Seattle’s three-game winning streak ends as Michael McKenry hits a two-run homer off Mayckol Guaipe in the 11th after Fernando Rodney allows two runs in ninth.

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DENVER — The Mariners’ winning streak ended at three games. That’s if you deem a meager three games a real winning streak.

It ended in a way so many potential streaks had evaporated before they could start this season — late-inning bullpen failure.

Fernando Rodney blew the save in the ninth inning, and Mayckol Guaipe served up a two-run, walkoff homer to Michael McKenry in the 11th inning for a 7-5 loss to the Colorado Rockies.


Texas @ Mariners, 7:10 p.m., ROOT Sports

It’s a familiar story with the same disappointing ending for the Mariners (50-59).

They had been trying for their first three-game series sweep since May 25-27, when they swept the Rays. They also were trying to match their longest winning streak of the season at four games.

Those hopes were dimmed by Rodney’s struggles in the ninth and ended by Guaipe’s slider that couldn’t have been any more perfect for McKenry to hit.

“I tried to throw the ball down in the zone,” Guaipe said through interpreter Nasusel Cabrera. “It was right in the middle. As soon I threw the pitch, I knew I made a mistake.”

But that situation should have been avoided. Rodney’s ninth inning was a reminder of an abysmal first half of the season that saw him lose his closer’s job.

So how did he end up pitching in the ninth with a 5-3 lead?

Manager Lloyd McClendon had used current closer Carson Smith in the eighth inning to replace starter Taijuan Walker with the dangerous Nolan Arenado at the plate with a runner on first base and one out.

“I had a plan for Carson, and it was one hitter and that was it,” McClendon said. “He really wasn’t available, but I thought if we needed one out for him in a big situation we would use him.”

The strategy worked. Smith got Arenado to ground into an inning-ending double play, leaving the ultra-hot Carlos Gonzalez, who had hit a three-run homer earlier in the game, in the on-deck circle.

Left-hander Joe Beimel started the ninth to face Gonzalez and struck him out. With All-Star second baseman and right-handed hitter D.J. LeMahieu up next, McClendon called on Rodney to fill the role that earned him All-Star honors last season. He needed to protect a two-run lead and needed to get only two outs.

Rodney had been outstanding in his previous five outings after the Mariners recognized some pitch-tipping issues. With modified mechanics, he hadn’t allowed a run in 51/3 innings — and the only base runner reached via walk — with seven strikeouts.

But that didn’t carry over into this outing. Rodney walked LeMahieu.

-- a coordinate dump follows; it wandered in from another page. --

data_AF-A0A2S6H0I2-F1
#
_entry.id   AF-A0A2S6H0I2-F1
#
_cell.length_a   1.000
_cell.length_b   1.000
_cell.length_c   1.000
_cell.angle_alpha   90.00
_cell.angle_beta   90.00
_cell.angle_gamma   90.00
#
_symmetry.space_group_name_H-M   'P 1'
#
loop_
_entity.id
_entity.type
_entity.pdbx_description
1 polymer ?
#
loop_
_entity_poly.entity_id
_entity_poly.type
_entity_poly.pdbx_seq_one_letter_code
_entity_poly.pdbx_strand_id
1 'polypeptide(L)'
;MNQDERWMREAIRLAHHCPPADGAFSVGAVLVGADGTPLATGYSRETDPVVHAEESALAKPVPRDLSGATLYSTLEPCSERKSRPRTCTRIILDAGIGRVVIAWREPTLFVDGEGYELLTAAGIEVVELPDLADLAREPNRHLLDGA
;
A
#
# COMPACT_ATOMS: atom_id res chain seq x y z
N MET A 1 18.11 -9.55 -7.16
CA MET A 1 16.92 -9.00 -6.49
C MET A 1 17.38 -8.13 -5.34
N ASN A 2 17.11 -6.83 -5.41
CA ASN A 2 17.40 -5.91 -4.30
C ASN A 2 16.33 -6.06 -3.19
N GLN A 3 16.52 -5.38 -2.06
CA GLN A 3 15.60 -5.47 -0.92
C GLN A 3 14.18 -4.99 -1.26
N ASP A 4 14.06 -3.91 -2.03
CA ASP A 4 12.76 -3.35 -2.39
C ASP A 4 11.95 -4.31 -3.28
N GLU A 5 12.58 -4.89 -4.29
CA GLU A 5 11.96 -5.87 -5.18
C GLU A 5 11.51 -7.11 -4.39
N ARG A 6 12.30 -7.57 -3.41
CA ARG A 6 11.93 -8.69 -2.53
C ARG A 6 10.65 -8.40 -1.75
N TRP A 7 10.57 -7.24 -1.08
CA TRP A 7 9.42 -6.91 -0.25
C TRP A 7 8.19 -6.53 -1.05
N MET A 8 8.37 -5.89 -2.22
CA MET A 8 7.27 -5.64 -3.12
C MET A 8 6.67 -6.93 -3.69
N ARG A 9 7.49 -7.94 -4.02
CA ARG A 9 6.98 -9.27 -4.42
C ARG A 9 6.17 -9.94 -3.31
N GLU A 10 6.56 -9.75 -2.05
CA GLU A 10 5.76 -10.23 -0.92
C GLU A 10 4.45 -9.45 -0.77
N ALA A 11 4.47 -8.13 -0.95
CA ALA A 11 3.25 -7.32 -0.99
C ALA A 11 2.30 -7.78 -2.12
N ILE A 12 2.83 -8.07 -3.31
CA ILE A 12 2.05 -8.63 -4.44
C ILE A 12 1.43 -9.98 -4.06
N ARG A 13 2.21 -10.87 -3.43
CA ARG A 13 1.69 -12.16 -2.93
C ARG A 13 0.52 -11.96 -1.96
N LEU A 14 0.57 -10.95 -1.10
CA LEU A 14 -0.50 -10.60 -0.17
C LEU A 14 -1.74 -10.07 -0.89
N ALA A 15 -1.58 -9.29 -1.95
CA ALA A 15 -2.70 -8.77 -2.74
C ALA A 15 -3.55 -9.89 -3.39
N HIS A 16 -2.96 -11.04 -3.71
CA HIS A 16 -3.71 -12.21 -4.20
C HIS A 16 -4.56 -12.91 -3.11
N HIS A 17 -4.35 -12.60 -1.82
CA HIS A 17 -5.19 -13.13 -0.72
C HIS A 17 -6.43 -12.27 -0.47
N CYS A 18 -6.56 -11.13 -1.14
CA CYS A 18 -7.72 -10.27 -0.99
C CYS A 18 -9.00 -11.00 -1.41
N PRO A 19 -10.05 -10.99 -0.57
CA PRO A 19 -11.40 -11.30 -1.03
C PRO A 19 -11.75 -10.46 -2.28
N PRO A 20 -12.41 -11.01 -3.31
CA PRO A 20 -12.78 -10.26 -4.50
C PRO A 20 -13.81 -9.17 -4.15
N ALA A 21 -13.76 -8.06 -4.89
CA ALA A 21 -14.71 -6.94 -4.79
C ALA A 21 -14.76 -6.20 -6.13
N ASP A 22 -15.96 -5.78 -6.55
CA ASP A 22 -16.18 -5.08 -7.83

“I didn’t feel right with my delivery,” Rodney said.

Rodney then threw what looked to be a pretty good changeup to Ben Paulsen. But he drove it into the left-center-field gap for a double, scoring LeMahieu.

“I can’t throw it better than that,” Rodney said. “It was a good pitch and down. And in this park everything in the air is bad.”

Kyle Parker followed with a bloop single into right field that allowed Paulsen to score the tying run.

“That was a good pitch, too,” Rodney said. “In that situation, I tried to run (a four-seam fastball) in to get a double play and get out of the inning. I thought I made a good pitch.”

But the damage was done.

“It was a tough ninth inning,” McClendon said. “This guy has been in four out of five days. He has a right to be tired, too. I protect the young kids, but four out of five days is tough. It’s a tough situation in a tough ballpark. The walk hurt him. In this type of ballpark, if you walk a guy or misplay a ball, it usually comes back to haunt you.”

Seattle had the lead in the ninth thanks to Franklin Gutierrez’s two-run homer in the seventh off reliever John Axford.

It seemingly set up Walker to get the win. The right-hander pitched 71/3 innings, giving up three runs on five hits with no walks and five strikeouts.

Walker helped his run support by doubling just inside the first-base bag and into foul territory. Austin Jackson came around to score, and it appeared Mark Trumbo would score as well. But the security guard along the wall in right field apparently thought it was a foul ball and grabbed the baseball for a moment before realizing it was a live ball. It was ruled a ground-rule double, keeping Trumbo at third.

Experience project
Fernando Rodney last had a save July 5 but had improved in a non-closer’s role over the past few weeks.
Stat Wed. vs. Colorado Previous 5 appearances
IP 1/3 51/3
Hits 2 0
Runs 2 0
BB 2 1
SO 0 7
ERA 54.00 0.00